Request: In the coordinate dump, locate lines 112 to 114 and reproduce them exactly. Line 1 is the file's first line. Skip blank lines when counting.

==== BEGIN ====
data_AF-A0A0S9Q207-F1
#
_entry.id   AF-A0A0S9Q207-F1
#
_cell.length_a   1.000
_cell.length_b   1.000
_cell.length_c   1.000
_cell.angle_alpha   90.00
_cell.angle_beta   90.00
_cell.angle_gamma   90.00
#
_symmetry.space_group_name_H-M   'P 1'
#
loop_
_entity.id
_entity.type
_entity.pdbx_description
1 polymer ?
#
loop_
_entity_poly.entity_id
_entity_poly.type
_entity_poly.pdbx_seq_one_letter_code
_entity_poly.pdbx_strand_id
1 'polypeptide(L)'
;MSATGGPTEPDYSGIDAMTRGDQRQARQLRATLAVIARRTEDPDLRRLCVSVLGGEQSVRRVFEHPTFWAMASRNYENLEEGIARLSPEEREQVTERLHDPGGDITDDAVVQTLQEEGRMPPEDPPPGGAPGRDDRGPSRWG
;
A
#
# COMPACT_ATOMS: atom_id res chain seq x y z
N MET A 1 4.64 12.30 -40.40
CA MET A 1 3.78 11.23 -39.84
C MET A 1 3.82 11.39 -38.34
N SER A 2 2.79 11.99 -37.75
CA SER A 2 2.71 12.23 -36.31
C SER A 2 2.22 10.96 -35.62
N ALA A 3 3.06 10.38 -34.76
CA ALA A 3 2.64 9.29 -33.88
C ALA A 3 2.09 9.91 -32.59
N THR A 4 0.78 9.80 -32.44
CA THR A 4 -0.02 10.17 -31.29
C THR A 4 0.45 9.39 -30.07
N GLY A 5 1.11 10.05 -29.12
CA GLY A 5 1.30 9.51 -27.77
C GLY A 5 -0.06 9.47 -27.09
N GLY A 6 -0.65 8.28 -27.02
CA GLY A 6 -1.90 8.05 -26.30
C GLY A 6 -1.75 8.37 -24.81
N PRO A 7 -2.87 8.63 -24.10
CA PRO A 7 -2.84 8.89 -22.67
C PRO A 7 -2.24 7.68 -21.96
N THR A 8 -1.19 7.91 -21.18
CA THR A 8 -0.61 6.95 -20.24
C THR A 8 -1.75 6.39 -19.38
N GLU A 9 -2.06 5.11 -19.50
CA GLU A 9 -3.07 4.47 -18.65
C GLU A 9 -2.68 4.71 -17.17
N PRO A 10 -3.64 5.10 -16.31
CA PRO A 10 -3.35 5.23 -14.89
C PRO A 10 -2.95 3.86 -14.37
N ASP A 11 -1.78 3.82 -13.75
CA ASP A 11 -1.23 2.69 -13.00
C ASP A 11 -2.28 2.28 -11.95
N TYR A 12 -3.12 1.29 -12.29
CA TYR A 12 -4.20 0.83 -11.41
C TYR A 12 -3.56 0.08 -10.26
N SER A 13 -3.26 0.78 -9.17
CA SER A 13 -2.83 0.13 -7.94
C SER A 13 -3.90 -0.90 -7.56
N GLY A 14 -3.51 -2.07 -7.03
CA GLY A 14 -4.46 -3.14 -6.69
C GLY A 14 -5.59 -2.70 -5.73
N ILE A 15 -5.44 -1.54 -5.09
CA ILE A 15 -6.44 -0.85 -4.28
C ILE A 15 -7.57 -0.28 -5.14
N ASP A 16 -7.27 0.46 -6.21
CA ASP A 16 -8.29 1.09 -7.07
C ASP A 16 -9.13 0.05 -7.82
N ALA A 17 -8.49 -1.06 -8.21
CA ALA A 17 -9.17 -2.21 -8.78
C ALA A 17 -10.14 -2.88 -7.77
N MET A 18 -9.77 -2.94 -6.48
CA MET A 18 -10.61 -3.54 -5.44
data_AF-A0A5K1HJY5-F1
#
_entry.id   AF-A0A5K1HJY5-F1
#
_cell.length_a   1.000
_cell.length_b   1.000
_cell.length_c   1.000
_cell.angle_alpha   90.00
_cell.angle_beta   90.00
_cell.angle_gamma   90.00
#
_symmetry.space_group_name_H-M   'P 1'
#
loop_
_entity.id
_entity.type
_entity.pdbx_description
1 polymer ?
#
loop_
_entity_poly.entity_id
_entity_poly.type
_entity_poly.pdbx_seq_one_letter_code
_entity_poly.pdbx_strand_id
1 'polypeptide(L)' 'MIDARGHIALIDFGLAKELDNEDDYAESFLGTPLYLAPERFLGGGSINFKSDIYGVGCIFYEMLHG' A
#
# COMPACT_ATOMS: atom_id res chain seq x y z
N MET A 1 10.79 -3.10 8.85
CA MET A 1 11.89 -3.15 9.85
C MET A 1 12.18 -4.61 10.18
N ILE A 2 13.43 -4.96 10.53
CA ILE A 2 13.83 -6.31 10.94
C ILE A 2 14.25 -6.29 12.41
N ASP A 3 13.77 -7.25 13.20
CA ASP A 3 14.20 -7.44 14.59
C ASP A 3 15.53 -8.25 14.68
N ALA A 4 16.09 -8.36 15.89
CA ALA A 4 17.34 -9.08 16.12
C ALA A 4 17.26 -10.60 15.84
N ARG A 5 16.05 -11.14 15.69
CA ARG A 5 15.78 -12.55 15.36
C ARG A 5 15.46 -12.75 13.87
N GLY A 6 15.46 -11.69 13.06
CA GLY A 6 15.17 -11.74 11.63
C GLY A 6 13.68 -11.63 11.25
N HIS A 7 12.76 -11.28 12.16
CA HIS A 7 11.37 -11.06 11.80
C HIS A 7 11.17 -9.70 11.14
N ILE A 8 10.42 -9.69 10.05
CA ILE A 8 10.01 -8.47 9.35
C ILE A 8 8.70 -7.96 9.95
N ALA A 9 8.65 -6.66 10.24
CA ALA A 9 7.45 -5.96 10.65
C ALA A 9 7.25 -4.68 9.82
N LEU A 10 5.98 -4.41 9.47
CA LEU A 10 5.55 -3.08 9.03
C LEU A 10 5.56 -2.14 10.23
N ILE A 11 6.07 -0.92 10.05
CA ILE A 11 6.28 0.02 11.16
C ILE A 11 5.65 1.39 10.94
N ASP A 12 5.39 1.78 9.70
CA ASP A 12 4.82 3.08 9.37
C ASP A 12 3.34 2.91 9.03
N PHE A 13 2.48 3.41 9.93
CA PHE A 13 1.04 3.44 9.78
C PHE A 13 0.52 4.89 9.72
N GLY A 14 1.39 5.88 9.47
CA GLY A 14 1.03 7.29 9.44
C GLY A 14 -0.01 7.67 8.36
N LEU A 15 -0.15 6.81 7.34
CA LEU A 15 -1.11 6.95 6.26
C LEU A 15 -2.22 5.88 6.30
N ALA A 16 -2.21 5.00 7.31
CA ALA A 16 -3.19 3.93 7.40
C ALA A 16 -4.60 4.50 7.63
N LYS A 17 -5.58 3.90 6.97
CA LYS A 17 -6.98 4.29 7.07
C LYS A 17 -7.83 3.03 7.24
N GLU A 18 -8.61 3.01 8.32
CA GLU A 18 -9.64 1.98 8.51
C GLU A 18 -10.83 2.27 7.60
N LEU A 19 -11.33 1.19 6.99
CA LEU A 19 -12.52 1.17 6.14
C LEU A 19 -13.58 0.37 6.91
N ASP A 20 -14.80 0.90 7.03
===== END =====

CA MET A 1 11.89 -3.15 9.85
C MET A 1 12.18 -4.61 10.18
N ILE A 2 13.43 -4.96 10.53